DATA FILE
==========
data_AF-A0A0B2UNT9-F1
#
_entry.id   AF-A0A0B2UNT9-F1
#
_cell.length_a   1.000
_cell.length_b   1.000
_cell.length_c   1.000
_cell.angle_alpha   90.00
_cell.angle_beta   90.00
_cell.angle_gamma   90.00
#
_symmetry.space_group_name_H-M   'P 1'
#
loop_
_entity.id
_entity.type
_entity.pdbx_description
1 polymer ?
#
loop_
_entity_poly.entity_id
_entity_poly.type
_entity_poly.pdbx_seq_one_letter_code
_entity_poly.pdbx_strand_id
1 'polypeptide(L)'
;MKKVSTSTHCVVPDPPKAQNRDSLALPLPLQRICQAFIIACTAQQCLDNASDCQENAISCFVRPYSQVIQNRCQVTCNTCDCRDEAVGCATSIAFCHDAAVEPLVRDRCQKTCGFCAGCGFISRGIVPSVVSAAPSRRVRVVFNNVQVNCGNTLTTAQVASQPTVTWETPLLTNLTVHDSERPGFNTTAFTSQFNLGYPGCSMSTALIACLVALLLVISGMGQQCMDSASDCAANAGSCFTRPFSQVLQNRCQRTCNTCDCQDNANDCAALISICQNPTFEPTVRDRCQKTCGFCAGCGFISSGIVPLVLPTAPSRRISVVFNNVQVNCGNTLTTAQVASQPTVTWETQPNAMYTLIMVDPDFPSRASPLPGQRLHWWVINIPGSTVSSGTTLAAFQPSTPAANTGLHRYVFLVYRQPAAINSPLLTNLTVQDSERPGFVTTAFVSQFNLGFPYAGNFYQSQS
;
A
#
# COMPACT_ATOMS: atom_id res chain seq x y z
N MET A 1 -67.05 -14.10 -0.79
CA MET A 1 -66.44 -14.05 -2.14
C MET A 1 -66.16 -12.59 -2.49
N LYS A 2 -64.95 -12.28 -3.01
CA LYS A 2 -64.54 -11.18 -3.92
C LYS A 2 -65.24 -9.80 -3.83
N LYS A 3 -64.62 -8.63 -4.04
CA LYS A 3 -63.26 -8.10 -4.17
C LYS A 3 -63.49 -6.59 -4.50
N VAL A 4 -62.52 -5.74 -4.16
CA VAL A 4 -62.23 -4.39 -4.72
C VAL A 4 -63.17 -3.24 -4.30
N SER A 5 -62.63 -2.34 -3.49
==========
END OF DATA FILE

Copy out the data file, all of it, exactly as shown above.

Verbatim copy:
data_AF-A0A0B2UNT9-F1
#
_entry.id   AF-A0A0B2UNT9-F1
#
_cell.length_a   1.000
_cell.length_b   1.000
_cell.length_c   1.000
_cell.angle_alpha   90.00
_cell.angle_beta   90.00
_cell.angle_gamma   90.00
#
_symmetry.space_group_name_H-M   'P 1'
#
loop_
_entity.id
_entity.type
_entity.pdbx_description
1 polymer ?
#
loop_
_entity_poly.entity_id
_entity_poly.type
_entity_poly.pdbx_seq_one_letter_code
_entity_poly.pdbx_strand_id
1 'polypeptide(L)'
;MKKVSTSTHCVVPDPPKAQNRDSLALPLPLQRICQAFIIACTAQQCLDNASDCQENAISCFVRPYSQVIQNRCQVTCNTCDCRDEAVGCATSIAFCHDAAVEPLVRDRCQKTCGFCAGCGFISRGIVPSVVSAAPSRRVRVVFNNVQVNCGNTLTTAQVASQPTVTWETPLLTNLTVHDSERPGFNTTAFTSQFNLGYPGCSMSTALIACLVALLLVISGMGQQCMDSASDCAANAGSCFTRPFSQVLQNRCQRTCNTCDCQDNANDCAALISICQNPTFEPTVRDRCQKTCGFCAGCGFISSGIVPLVLPTAPSRRISVVFNNVQVNCGNTLTTAQVASQPTVTWETQPNAMYTLIMVDPDFPSRASPLPGQRLHWWVINIPGSTVSSGTTLAAFQPSTPAANTGLHRYVFLVYRQPAAINSPLLTNLTVQDSERPGFVTTAFVSQFNLGFPYAGNFYQSQS
;
A
#
# COMPACT_ATOMS: atom_id res chain seq x y z
N MET A 1 -67.05 -14.10 -0.79
CA MET A 1 -66.44 -14.05 -2.14
C MET A 1 -66.16 -12.59 -2.49
N LYS A 2 -64.95 -12.28 -3.01
CA LYS A 2 -64.54 -11.18 -3.92
C LYS A 2 -65.24 -9.80 -3.83
N LYS A 3 -64.62 -8.63 -4.04
CA LYS A 3 -63.26 -8.10 -4.17
C LYS A 3 -63.49 -6.59 -4.50
N VAL A 4 -62.52 -5.74 -4.16
CA VAL A 4 -62.23 -4.39 -4.72
C VAL A 4 -63.17 -3.24 -4.30
N SER A 5 -62.63 -2.34 -3.49